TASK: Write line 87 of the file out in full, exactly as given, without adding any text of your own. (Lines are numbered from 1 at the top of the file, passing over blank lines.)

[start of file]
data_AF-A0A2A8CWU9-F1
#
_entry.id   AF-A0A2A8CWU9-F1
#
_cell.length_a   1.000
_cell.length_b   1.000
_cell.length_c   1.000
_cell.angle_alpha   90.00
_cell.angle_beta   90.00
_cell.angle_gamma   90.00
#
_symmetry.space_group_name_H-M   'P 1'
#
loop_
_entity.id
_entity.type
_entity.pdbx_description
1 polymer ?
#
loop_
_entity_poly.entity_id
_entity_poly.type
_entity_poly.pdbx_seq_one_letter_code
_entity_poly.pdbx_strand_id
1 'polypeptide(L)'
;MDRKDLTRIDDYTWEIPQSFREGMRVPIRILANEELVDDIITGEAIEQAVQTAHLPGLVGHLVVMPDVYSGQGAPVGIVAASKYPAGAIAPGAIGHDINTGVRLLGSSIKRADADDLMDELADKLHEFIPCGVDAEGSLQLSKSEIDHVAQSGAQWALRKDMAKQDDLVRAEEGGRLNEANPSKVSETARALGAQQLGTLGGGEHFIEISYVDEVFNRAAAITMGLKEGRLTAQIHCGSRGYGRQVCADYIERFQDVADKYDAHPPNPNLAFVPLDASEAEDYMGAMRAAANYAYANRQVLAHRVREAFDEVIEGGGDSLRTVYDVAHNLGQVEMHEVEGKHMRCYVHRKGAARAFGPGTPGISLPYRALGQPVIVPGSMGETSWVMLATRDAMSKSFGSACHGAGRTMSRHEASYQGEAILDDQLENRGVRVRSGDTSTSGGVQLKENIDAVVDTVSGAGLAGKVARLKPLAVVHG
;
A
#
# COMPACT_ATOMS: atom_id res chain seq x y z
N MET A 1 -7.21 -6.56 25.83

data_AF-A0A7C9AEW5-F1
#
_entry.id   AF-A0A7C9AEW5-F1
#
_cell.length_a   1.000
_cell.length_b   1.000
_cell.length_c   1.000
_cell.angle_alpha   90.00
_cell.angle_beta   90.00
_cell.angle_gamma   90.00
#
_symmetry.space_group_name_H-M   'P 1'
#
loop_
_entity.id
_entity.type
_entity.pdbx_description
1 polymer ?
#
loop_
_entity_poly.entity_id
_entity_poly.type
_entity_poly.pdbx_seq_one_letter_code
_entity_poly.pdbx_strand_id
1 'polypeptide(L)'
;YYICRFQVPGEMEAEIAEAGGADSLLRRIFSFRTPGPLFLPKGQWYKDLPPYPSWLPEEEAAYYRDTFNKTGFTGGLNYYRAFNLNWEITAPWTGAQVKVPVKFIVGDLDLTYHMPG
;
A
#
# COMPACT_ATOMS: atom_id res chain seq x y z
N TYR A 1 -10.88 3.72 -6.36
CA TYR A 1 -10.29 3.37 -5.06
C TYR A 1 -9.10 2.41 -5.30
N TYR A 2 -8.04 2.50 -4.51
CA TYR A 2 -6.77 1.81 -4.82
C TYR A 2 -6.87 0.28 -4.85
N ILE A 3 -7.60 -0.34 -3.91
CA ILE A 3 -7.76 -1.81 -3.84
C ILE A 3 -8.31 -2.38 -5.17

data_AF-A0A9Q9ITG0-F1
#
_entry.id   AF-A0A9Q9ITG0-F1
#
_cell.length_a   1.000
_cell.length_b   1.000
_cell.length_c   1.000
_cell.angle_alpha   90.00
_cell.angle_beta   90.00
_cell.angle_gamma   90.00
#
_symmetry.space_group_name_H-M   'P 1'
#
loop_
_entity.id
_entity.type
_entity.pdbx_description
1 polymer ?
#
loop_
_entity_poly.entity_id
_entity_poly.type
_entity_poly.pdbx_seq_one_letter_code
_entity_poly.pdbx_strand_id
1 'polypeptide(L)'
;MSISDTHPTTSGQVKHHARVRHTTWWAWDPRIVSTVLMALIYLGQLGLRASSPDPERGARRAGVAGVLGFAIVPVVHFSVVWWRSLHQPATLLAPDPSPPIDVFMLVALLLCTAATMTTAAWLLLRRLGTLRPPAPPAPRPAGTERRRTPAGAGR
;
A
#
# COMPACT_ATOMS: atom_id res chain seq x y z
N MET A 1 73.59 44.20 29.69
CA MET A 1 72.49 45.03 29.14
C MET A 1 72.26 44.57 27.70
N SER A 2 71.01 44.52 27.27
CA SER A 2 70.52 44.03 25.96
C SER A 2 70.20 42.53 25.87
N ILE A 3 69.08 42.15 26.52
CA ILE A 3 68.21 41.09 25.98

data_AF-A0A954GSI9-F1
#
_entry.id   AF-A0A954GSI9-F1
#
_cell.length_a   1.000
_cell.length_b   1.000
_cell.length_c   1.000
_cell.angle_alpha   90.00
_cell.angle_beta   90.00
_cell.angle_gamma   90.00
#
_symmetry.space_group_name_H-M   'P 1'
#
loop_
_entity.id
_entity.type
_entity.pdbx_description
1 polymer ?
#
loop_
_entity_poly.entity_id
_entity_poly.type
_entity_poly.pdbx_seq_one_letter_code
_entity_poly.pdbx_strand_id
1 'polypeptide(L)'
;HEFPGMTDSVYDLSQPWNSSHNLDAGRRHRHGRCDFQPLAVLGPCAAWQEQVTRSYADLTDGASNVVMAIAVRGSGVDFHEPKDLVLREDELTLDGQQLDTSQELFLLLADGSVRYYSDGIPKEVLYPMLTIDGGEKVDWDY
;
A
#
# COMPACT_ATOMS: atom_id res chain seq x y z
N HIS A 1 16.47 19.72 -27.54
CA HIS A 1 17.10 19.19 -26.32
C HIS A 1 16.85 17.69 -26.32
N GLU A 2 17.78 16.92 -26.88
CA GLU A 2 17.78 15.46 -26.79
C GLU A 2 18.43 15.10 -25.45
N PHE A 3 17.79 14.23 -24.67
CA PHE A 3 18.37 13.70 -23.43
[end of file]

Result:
_entity.pdbx_description